NEW FASHION WEEK: Japan’s fashion industry plans to launch a Tokyo Fashion Week this fall to better promote Japanese brands worldwide. The week will be supported by Japan’s Ministry of Economy, Trade and Industry. The original Tokyo Collections, which will celebrate its 20th anniversary this year, will join the promotional event and a large tent will be set up in one of the parks in Tokyo for it. The event is scheduled to run during the last week of October. Economy Minister Shoichi Nakagawa presented the plan for the fashion shows at a news conference here earlier this week and department stores, manufacturers and others met Wednesday to hear the details. “Japanese designers and their products are popular overseas,” said Nakagawa. “Designs from Japanese motifs such as Japanese letters are often printed on T-shirts. We will promote fashion design from Japan to the world.”

WAL-MART CHALLENGE: A group of prominent shareholders on Wednesday urged Wal-Mart to establish a committee of independent directors to review its legal and regulatory controls as well as its internal system for ensuring compliance with company policies and standards. The shareholders include New York City Comptroller William C. Thompson Jr., investment adviser to the $85 billion city pension fund; Edward M. Smith, chairman of the $10.8 billion Illinois State Board of Investment; Karina Litvack, head of governance and socially responsible investing at F&C Asset Management, with $250 billion under management, and Jason Fletcher, Americas equity manager of the $36 billion U.K. University Superannuation Scheme. The holdings of Wal-Mart common stock have an estimated market value of more than $545 million. The group cited concerns pertaining to illegal immigrant workers, child labor law violations and a class-action gender bias case as well as charges that former vice chairman Thomas Coughlin abused his expense account. Wal-Mart said it received the letter and will respond appropriately.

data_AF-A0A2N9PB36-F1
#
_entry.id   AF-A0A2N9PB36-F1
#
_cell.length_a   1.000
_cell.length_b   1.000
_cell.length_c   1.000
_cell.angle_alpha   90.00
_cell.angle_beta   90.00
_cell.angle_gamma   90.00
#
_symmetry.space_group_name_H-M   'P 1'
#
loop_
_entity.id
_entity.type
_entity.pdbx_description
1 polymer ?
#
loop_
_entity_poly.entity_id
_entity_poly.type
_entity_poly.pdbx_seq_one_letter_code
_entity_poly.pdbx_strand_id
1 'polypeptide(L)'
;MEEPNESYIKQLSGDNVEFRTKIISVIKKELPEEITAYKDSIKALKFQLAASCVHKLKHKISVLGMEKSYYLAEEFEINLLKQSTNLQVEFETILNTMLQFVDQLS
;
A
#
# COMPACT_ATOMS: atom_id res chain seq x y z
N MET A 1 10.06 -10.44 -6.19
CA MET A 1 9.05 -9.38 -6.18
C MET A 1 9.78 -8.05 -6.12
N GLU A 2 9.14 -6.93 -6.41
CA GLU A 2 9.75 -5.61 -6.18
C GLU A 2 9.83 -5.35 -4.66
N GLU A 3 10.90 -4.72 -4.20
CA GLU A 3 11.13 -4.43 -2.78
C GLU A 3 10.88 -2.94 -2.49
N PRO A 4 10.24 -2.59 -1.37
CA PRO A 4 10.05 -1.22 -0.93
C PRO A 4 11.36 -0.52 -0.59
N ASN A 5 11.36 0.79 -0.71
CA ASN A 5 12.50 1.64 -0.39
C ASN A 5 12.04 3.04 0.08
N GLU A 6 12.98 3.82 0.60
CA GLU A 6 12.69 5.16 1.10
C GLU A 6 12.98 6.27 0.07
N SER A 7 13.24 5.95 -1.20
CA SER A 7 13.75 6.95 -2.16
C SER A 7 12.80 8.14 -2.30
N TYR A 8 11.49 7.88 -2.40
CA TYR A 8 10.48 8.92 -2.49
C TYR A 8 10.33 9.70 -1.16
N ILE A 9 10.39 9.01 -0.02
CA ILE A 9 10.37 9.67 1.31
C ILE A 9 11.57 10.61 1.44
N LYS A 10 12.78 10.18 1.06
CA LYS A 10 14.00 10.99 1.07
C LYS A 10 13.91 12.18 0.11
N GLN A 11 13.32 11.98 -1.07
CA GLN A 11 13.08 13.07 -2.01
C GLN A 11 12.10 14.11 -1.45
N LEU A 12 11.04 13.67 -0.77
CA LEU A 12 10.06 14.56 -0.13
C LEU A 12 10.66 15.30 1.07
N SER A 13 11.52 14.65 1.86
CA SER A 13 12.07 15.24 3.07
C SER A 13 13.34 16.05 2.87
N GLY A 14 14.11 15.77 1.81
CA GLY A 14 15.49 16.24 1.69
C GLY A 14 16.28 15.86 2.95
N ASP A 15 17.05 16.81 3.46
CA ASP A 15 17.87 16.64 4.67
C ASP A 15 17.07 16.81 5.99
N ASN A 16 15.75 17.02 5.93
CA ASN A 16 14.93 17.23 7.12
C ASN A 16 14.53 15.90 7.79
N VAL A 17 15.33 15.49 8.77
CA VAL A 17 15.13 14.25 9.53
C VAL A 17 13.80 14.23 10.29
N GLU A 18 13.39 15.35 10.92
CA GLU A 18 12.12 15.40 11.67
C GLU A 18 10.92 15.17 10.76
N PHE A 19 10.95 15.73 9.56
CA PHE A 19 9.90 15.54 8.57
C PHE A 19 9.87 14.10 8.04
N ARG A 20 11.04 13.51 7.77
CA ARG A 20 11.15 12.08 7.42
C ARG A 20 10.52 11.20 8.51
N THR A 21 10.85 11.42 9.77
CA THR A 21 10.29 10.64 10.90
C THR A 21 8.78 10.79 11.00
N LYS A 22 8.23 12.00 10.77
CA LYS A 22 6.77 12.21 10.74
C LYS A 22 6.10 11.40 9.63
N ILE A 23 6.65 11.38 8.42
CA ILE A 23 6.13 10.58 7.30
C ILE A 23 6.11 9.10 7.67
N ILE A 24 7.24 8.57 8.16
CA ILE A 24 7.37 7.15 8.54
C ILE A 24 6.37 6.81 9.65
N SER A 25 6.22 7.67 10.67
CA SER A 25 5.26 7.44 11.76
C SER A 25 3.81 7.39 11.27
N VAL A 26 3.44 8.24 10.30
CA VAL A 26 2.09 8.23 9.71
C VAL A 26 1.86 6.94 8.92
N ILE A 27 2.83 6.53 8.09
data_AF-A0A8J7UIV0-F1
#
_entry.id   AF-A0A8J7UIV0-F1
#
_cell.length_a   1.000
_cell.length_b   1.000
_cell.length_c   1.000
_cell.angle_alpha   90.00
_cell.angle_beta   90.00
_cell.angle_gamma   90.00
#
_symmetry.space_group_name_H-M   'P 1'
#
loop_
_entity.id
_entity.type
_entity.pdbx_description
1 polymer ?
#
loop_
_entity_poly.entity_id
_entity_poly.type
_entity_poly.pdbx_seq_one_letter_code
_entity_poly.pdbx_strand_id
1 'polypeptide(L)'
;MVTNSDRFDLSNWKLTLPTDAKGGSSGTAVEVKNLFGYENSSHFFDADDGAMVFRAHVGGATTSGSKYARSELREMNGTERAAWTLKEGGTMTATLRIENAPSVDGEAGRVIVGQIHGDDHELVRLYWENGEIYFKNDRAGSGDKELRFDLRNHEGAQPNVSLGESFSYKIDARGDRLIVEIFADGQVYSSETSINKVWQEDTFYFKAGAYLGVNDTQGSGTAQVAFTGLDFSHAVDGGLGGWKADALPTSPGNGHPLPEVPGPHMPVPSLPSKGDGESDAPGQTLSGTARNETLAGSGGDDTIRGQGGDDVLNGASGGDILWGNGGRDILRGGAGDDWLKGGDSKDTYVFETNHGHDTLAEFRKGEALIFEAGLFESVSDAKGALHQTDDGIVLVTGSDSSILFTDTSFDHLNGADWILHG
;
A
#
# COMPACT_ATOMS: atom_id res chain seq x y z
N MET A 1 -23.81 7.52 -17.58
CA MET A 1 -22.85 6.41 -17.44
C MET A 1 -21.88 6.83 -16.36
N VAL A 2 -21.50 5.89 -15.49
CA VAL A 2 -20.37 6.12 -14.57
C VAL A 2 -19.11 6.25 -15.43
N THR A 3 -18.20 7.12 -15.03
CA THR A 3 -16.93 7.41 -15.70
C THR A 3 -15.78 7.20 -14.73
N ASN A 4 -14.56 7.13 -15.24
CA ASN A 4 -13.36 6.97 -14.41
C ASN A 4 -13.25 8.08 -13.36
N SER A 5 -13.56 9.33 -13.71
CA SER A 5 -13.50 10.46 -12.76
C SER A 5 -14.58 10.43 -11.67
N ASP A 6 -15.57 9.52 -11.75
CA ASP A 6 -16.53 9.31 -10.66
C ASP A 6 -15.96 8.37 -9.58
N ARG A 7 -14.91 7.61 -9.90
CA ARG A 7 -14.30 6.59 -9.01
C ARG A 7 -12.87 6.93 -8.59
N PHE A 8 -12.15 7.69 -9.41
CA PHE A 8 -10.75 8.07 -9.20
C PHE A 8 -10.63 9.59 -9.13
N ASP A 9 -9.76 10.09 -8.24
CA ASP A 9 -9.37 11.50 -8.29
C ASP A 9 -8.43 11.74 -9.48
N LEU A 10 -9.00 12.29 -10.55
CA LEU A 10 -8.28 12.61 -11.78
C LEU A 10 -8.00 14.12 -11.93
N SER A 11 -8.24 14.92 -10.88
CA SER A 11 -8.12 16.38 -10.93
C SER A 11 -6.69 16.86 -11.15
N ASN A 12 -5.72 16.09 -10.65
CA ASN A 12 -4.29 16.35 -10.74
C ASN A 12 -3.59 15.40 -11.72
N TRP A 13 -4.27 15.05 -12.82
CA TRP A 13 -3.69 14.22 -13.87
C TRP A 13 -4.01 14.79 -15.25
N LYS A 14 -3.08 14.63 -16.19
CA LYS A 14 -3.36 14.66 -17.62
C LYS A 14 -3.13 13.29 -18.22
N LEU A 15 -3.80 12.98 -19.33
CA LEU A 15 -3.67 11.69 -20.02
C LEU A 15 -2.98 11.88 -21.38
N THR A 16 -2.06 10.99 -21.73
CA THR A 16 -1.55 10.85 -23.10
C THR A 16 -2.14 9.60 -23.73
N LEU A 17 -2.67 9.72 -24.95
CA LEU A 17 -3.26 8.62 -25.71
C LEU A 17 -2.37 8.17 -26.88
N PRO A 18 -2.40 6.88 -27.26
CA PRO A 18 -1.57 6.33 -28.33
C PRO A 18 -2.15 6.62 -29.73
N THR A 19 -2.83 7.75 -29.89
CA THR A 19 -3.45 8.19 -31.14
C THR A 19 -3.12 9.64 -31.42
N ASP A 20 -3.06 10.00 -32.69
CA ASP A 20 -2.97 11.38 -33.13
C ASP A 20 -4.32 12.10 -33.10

EBAY GOES SHOPPING: EBay has agreed to acquire Shopping.com, a five-year-old comparison shopping Web site, for $21 a share in cash, or $620 million. “The acquisition will allow us to provide even more opportunities for our sellers,” said Bill Cobb, president, eBay North America, in a statement Wednesday. “Shopping.com’s comparison technology simplifies the online shopping experience and the ‘Epinions’ community of reviewers is a great match with our own.”

This story first appeared in the June 2, 2005 issue of WWD. Subscribe Today.

“EBay will provide our shoppers greater convenience and comprehensiveness and will help our merchants increase sales,” said Lorrie Norrington, president and ceo of Shopping.com. Epinions has 400,000 reviewers who have generated nearly two million reviews to help consumers make informed buying decisions.

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